To make your visit as efficient and informative as possible, we have gathered a number of resources to help you. The following section contains links to many of our patient forms, as well as a hearing questionnaire and some FAQs related to hearing and hearing loss.
Hearing loss is a widespread condition that affects people of all ages. An estimated 36 million Americans suffer from hearing loss. It is the third most common physical condition, behind arthritis and heart disease.
Hearing loss can develop gradually; it may be difficult to notice symptoms at first. Many patients will have difficulty understanding speech, find themselves asking others to repeat themselves, have trouble hearing over background noise, believe that people mumble when they speak, turn up the volume on the TV or radio to levels others find uncomfortable, experience a ringing in the ears, and avoid social gatherings.
The most common causes of hearing loss are aging and noise exposure. Other factors that may contribute to a decline in hearing ability include trauma to the ears or head, benign growths or tumors, ear infections, earwax, ototoxic drugs, and diseases such as otosclerosis.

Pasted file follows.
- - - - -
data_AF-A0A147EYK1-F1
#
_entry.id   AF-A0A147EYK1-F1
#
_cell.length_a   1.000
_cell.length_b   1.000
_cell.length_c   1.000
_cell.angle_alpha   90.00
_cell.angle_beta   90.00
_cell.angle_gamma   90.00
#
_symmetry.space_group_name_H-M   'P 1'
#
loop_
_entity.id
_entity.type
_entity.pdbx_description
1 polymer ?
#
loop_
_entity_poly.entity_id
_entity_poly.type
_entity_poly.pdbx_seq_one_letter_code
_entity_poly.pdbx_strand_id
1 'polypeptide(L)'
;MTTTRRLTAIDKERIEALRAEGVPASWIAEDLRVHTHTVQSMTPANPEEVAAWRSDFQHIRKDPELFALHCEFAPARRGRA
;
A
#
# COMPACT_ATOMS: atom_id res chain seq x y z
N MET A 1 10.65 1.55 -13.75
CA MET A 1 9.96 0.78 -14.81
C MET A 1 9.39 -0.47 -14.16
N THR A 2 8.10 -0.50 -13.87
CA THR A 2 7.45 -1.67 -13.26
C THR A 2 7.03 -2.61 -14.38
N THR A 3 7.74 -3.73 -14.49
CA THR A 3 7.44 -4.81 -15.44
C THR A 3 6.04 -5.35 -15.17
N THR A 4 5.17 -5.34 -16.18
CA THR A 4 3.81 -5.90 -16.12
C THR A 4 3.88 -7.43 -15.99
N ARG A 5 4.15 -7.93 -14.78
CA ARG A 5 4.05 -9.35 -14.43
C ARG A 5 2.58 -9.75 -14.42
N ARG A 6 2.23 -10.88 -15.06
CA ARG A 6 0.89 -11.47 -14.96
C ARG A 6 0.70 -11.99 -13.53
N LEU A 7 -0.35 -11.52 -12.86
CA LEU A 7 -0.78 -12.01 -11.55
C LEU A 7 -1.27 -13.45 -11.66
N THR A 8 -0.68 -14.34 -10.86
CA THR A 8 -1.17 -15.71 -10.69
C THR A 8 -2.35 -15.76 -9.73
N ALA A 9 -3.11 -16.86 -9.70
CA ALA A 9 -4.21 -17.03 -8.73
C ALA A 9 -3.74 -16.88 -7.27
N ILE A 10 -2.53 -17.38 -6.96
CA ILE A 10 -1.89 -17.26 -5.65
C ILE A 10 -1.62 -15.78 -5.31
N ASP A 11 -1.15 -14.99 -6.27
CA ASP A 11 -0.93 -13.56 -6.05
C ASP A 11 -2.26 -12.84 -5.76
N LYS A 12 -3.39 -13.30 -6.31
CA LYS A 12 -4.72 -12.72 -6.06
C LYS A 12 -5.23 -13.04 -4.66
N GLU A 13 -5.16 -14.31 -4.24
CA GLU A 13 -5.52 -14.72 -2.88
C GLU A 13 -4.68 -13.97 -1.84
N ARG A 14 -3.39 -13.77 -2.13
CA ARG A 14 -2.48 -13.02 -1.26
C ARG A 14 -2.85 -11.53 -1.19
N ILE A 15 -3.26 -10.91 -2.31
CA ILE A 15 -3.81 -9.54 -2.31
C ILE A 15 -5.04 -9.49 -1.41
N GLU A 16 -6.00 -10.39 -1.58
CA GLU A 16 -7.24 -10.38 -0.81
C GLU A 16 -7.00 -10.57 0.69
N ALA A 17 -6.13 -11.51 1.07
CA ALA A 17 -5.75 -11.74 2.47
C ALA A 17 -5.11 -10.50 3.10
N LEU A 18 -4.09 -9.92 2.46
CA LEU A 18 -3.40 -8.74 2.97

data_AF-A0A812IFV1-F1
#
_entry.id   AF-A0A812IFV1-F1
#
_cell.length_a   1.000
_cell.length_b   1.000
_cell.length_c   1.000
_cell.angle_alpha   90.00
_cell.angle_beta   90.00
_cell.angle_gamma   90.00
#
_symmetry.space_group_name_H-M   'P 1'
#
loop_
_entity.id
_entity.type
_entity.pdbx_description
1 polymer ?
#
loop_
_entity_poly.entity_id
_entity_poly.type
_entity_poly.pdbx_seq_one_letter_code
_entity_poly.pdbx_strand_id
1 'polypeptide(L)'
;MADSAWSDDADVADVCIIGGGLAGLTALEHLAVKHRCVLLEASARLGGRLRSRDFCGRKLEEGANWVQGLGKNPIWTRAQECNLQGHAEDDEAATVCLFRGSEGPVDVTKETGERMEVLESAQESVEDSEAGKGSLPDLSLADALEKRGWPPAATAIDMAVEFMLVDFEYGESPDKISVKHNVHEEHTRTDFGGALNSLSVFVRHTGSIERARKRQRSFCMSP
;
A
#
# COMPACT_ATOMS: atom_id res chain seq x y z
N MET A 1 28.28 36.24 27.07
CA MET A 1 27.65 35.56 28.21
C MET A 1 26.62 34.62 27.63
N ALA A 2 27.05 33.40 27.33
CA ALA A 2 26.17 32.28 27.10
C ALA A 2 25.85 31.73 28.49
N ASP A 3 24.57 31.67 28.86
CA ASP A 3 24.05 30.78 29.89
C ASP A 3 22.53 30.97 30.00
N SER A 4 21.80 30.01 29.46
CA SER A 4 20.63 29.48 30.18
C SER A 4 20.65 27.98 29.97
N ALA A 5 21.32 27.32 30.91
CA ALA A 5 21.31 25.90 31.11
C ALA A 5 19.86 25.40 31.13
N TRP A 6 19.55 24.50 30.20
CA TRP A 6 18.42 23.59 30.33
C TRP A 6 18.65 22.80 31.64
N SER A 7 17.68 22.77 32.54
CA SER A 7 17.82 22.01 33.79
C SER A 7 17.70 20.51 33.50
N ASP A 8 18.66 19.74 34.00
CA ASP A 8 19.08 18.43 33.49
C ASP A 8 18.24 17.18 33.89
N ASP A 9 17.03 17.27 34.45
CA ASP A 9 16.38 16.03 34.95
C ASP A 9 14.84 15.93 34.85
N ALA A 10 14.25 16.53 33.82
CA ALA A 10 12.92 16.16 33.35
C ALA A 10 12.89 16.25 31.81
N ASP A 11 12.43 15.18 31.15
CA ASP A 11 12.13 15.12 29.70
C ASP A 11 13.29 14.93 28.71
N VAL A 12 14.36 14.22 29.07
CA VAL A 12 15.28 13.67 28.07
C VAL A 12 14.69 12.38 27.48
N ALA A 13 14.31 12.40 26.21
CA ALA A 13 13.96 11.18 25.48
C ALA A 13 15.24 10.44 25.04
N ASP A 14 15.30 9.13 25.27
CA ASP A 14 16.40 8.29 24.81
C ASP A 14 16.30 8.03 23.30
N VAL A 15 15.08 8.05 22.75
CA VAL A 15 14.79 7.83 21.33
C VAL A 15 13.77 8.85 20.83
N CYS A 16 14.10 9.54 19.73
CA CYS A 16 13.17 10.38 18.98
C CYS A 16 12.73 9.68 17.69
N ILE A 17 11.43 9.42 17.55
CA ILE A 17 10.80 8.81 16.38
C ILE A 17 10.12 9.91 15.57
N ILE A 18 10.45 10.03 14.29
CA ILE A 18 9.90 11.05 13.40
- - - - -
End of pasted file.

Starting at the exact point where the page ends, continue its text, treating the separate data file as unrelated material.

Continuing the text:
There are three main types of hearing loss: Sensorineural, caused by damage to the inner ear and sometimes called nerve deafness; Conductive, the result of obstructions in or damage to the outer or middle ear; and Mixed, a combination of the other types.
Presbycusis (age-related hearing loss) cannot be prevented, but noise-induced hearing loss can. It is important to wear hearing protection when exposed to high levels of noise (concerts, sporting events, factory work). Listen to music at a reasonable level, especially when wearing earbuds or headphones. Refrain from inserting objects into your ears, blow your nose gently through both nostrils, and swallow or yawn when experiencing pressure changes.
It depends on the type and severity of your hearing loss. Hearing aids help many patients with sensorineural hearing loss communicate more easily and effectively. Conductive hearing loss may be treatable with medication or surgery, though it is far less common.
Hearing aids are available in a variety of sizes and styles. It is best to work closely with your audiologist to determine the type of hearing aid that will work best for your loss. We offer a wide selection from many of the industry’s top manufacturers, so regardless of your type and degree of loss we are confident you will find an aid that meets your lifestyle, cosmetic, and budget needs.
Other options may be available, including cochlear implants and assistive listening devices. Our staff will discuss your choices during your audiometric consultation.